Nick is a climate scientist working on inter-annual to decadal climate prediction.
Areas of expertise:
Inter-annual to decadal climate prediction and variability.
Assimilation of observations for the initialisation of climate model.
Analysis of sub-surface ocean observations.
Assessment of forecast skill.
Predictability of the Atlantic Meridional Overturning Circulation.
Nick works on developing climate prediction systems on near-term timescales, which are longer than seasonal and up to multi-decadal. On these timescales natural climate variability can be larger than the anthropogenic warming signal and, hence, the initial conditions of the climate system need to be considered in our predictions. Nick works with the Met Office Decadal Climate Prediction System, DePreSys, which assimilates ocean and atmosphere data to initialise the current conditions of the climate system, thereby potentially predicting natural variability in addition to externally forced changes.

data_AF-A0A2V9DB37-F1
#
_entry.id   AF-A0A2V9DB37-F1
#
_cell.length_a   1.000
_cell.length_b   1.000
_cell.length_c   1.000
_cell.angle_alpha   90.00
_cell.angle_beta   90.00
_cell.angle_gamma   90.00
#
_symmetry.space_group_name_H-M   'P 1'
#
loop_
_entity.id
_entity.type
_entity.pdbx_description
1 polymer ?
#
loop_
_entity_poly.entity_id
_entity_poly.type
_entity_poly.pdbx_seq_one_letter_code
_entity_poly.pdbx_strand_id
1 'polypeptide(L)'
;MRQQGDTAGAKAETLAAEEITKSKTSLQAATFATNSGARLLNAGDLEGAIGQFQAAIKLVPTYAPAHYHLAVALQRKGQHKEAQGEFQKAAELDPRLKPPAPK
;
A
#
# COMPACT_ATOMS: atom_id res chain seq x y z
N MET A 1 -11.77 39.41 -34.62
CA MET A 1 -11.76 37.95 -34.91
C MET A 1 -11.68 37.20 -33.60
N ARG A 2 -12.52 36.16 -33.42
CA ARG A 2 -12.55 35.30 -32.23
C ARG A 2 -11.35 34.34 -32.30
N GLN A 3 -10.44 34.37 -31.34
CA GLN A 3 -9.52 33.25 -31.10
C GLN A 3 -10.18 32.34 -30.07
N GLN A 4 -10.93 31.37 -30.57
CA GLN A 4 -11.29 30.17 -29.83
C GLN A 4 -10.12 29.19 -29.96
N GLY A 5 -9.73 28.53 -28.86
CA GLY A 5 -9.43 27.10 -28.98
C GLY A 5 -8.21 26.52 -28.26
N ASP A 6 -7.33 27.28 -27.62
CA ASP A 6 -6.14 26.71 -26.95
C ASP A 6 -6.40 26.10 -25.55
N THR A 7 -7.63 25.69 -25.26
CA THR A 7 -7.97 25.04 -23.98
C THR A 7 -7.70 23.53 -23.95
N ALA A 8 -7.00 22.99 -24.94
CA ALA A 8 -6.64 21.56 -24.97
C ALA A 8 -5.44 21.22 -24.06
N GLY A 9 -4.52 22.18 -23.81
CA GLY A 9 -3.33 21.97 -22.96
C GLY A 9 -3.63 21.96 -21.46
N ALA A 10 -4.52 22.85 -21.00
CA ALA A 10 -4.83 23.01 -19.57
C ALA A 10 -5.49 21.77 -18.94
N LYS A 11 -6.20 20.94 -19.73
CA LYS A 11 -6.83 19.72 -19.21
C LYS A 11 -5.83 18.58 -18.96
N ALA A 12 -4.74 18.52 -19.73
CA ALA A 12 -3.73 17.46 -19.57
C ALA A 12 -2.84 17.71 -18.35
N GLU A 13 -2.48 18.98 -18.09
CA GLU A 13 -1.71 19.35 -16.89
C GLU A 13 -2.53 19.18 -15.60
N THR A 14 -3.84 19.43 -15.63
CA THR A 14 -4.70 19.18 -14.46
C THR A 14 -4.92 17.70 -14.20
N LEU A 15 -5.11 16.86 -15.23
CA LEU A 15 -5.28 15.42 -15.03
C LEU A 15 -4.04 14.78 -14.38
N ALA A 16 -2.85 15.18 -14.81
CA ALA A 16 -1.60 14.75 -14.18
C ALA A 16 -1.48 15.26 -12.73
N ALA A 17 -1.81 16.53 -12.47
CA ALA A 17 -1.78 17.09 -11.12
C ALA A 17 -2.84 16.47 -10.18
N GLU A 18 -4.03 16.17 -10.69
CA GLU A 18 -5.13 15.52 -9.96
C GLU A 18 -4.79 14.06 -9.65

Nick is involved in a number of European projects. Within the Euro-Argo project he is examining how the sub-surface ocean temperature and salinity data provided by the global array of Argo profiling floats can be used to initialise decadal prediction systems. Within the EU THOR project Nick is exploring the decadal predictability of the AMOC (Global Ocean Circulation) and the resulting potential skill in predicting surface climate variables. Nick has recently completed a set of idealised model experiments that explore the expected decadal prediction skill when assimilating different amounts of ocean and atmosphere data. Similar experiments are also being used to identify possible improvements to DePreSys.
Nick is involved in setting up and running the Met Office initialised decadal predictions for the Coupled Model Intercomparison Project Phase 5 contribution to the forthcoming Fifth Assessment Report of the IPCC.
Nick joined the Met Office Hadley Centre at the start of 2008. Prior to that he completed a PhD in Astrophysics at the University of St Andrews in Scotland. His PhD topic was imaging the surfaces of young stars and binary systems using the Zeeman Doppler Imaging technique. This allowed him to study the magnetic activity (e.g. star spots and prominences) of stars far younger than our own Sun. Nick's astrophysics field work took him out to Australia and Chile in order to observe on some of the largest telescopes in the world. In the past Nick has also been involved in the search for extra-solar planets with the SuperWASP team which has now found more than 20 Jupiter sized planets orbiting nearby stars.